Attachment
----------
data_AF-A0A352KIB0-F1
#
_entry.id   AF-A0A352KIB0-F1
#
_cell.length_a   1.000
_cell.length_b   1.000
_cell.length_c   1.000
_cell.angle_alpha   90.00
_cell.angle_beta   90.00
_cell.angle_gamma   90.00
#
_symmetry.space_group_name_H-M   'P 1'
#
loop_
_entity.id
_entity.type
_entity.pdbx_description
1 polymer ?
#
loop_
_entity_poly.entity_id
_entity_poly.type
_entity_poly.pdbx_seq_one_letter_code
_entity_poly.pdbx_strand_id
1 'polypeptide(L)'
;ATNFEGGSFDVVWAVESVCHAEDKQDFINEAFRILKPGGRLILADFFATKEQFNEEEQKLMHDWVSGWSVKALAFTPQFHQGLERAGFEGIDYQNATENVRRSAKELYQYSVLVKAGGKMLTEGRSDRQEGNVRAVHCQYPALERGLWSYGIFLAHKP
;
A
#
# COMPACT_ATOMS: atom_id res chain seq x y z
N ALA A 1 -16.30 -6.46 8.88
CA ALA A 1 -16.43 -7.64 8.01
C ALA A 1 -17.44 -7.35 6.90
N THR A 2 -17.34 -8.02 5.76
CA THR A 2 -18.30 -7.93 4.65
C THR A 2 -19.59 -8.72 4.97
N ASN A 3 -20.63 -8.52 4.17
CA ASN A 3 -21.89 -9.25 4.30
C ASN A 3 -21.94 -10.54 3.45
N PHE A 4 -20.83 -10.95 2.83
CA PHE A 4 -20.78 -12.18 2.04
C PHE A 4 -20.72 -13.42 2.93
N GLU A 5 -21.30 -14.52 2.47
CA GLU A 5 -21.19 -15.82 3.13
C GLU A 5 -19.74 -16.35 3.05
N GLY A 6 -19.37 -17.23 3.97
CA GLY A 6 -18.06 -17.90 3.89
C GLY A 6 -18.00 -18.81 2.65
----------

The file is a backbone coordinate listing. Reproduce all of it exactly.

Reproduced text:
data_AF-A0A352KIB0-F1
#
_entry.id   AF-A0A352KIB0-F1
#
_cell.length_a   1.000
_cell.length_b   1.000
_cell.length_c   1.000
_cell.angle_alpha   90.00
_cell.angle_beta   90.00
_cell.angle_gamma   90.00
#
_symmetry.space_group_name_H-M   'P 1'
#
loop_
_entity.id
_entity.type
_entity.pdbx_description
1 polymer ?
#
loop_
_entity_poly.entity_id
_entity_poly.type
_entity_poly.pdbx_seq_one_letter_code
_entity_poly.pdbx_strand_id
1 'polypeptide(L)'
;ATNFEGGSFDVVWAVESVCHAEDKQDFINEAFRILKPGGRLILADFFATKEQFNEEEQKLMHDWVSGWSVKALAFTPQFHQGLERAGFEGIDYQNATENVRRSAKELYQYSVLVKAGGKMLTEGRSDRQEGNVRAVHCQYPALERGLWSYGIFLAHKP
;
A
#
# COMPACT_ATOMS: atom_id res chain seq x y z
N ALA A 1 -16.30 -6.46 8.88
CA ALA A 1 -16.43 -7.64 8.01
C ALA A 1 -17.44 -7.35 6.90
N THR A 2 -17.34 -8.02 5.76
CA THR A 2 -18.30 -7.93 4.65
C THR A 2 -19.59 -8.72 4.97
N ASN A 3 -20.63 -8.52 4.17
CA ASN A 3 -21.89 -9.25 4.30
C ASN A 3 -21.94 -10.54 3.45
N PHE A 4 -20.83 -10.95 2.83
CA PHE A 4 -20.78 -12.18 2.04
C PHE A 4 -20.72 -13.42 2.93
N GLU A 5 -21.30 -14.52 2.47
CA GLU A 5 -21.19 -15.82 3.13
C GLU A 5 -19.74 -16.35 3.05
N GLY A 6 -19.37 -17.23 3.97
CA GLY A 6 -18.06 -17.90 3.89
C GLY A 6 -18.00 -18.81 2.65